OneDrive for Desktop gets Pause feature
Microsoft released an update for its OneDrive for Windows desktop client yesterday that introduces a new pause feature for home and business versions of OneDrive.
The OneDrive desktop client offered no options to pause the syncing of files up until now. This meant that you had to terminate the whole program to stop if from syncing data between the local machine and the cloud.
Reasons for wanting to stop the syncing included being connected to a network with a monthly upload or download quota, needing the bandwidth for other activities, or pausing the sync process to block folders from being synced.
While terminating OneDrive worked, it sometimes meant that you forgot to enable syncing again during the session. This could then lead to files not being synced to the cloud.
The upgrade to OneDrive 17.3.6517.0809 changes that. The pause sync feature seems to be rolled out independently of the update, as it is not available for all users yet after the upgrade.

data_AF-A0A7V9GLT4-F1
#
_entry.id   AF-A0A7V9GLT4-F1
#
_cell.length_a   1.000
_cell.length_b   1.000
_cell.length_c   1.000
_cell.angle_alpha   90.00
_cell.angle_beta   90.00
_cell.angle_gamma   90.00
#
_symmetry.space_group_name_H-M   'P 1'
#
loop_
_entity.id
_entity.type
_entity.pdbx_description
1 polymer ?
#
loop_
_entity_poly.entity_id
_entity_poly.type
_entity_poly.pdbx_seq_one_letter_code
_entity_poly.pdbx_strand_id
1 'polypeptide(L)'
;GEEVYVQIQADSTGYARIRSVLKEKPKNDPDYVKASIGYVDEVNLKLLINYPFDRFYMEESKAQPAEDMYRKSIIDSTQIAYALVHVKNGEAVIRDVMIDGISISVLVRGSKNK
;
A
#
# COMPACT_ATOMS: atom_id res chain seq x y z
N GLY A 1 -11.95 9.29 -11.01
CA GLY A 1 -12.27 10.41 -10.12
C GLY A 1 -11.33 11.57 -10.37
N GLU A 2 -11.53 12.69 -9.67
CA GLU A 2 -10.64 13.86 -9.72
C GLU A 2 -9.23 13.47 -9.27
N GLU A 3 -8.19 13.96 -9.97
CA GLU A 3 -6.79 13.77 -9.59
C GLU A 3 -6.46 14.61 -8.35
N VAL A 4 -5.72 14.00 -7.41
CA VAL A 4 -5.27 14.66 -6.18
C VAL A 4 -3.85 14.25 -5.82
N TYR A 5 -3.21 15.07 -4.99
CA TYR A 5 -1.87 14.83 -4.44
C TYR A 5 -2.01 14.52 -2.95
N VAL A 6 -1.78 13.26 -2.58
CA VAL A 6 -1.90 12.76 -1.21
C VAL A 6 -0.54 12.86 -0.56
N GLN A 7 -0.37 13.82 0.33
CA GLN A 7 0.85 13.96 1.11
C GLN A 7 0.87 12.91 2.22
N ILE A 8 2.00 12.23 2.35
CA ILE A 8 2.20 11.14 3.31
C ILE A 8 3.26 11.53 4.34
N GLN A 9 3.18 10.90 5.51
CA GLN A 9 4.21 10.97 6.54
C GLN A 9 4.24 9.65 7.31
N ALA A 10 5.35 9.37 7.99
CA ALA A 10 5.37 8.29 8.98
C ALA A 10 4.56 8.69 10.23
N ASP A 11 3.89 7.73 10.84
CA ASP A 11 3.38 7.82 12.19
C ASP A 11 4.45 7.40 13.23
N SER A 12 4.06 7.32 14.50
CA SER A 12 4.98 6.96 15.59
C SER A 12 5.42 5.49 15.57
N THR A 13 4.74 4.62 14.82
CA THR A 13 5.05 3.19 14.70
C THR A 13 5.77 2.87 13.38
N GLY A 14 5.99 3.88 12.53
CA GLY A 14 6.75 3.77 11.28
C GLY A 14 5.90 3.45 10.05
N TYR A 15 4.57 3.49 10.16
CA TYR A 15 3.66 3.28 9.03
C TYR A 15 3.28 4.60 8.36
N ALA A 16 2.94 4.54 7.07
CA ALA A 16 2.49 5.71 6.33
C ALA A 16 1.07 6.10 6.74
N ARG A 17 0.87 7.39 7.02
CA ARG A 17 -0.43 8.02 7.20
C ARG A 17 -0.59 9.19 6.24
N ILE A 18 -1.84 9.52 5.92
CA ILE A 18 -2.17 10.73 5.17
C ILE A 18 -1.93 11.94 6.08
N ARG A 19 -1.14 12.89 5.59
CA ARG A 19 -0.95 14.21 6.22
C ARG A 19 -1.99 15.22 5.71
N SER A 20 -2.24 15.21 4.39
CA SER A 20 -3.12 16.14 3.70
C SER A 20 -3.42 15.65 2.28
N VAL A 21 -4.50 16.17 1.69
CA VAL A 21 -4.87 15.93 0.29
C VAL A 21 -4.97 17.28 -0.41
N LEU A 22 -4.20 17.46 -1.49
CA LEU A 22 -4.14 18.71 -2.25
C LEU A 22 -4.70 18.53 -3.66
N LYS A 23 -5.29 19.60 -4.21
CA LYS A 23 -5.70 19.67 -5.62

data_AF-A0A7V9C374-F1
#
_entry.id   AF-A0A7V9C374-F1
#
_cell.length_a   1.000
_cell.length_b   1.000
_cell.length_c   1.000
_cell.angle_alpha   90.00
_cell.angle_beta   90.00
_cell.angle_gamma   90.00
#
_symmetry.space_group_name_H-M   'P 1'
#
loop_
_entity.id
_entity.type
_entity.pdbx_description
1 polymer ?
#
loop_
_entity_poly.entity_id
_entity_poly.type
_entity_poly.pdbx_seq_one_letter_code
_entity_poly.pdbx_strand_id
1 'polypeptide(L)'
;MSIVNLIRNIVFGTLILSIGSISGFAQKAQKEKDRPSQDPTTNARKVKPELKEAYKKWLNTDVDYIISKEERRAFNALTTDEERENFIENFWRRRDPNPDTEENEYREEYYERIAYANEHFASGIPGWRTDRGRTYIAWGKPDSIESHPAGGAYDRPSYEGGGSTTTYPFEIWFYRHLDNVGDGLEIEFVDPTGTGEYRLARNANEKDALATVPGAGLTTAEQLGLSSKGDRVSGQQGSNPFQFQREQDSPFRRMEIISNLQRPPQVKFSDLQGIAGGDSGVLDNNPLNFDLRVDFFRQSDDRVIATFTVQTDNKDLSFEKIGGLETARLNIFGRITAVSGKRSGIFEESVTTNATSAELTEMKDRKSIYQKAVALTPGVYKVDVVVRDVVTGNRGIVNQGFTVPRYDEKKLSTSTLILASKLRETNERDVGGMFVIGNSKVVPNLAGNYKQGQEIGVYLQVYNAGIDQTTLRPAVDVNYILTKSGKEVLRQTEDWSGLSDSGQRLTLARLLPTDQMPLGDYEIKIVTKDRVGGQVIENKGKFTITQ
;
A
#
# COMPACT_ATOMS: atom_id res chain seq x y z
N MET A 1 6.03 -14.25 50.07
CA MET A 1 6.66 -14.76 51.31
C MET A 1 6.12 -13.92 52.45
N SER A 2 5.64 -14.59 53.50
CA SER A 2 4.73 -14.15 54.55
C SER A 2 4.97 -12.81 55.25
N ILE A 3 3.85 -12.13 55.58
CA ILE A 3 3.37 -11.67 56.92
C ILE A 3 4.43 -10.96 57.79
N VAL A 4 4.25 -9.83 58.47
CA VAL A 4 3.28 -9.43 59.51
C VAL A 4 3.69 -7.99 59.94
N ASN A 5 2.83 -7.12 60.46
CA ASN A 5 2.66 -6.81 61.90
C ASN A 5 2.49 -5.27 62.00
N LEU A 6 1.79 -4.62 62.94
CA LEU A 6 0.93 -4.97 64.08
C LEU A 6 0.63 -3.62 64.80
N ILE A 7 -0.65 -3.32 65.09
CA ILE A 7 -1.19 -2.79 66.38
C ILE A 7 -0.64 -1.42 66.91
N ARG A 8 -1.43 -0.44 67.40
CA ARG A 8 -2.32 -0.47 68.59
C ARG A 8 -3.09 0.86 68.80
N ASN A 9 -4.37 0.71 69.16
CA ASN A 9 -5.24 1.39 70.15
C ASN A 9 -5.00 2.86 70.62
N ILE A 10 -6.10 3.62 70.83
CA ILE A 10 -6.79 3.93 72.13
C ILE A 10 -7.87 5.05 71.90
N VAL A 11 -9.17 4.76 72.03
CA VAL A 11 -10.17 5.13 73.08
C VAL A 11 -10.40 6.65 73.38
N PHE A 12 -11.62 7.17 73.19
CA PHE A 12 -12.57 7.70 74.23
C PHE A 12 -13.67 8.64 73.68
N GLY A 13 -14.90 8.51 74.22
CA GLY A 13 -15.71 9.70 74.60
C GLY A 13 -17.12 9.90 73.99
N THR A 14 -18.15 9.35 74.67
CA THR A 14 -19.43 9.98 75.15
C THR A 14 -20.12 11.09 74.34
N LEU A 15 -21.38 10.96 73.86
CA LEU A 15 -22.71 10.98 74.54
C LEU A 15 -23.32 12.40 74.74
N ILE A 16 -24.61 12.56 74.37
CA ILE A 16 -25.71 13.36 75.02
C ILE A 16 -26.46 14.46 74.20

If you have it, you see it when you right-click on the OneDrive desktop client icon in the system tray area.
There you get the option to "pause syncing", and set the pause to 2, 8 or 24 hours. There is no option to pause it indefinitely or set a custom pause period.
The feature seems to be rolled out gradually to all users of the service. I have not seen it yet on several desktop clients that I upgraded OneDrive on, while others report that they may use the feature already.
It is puzzling that OneDrive does not offer a stop button of sorts to block the synchronization completely.
If you look at other sync clients, Google Drive or Dropbox for instance, you will notice that they ship with a pause option that blocks any syncing from taking place while enabled.
The latest version of OneDrive for Business introduces another new feature. It enables you to sync Office documents automatically to OneDrive for collaboration. There is also a new option to define conflict handling for Office documents.
You may select to "choose to merge changes or keep both copies", or "always keep both copies" in the OneDrive option. (via MSPowerUser)
A Pause feature is a much needed addition for the OneDrive desktop client as it was a feature that the client sorely lacked up until now.
Now You: Do you use a sync client? Which and why?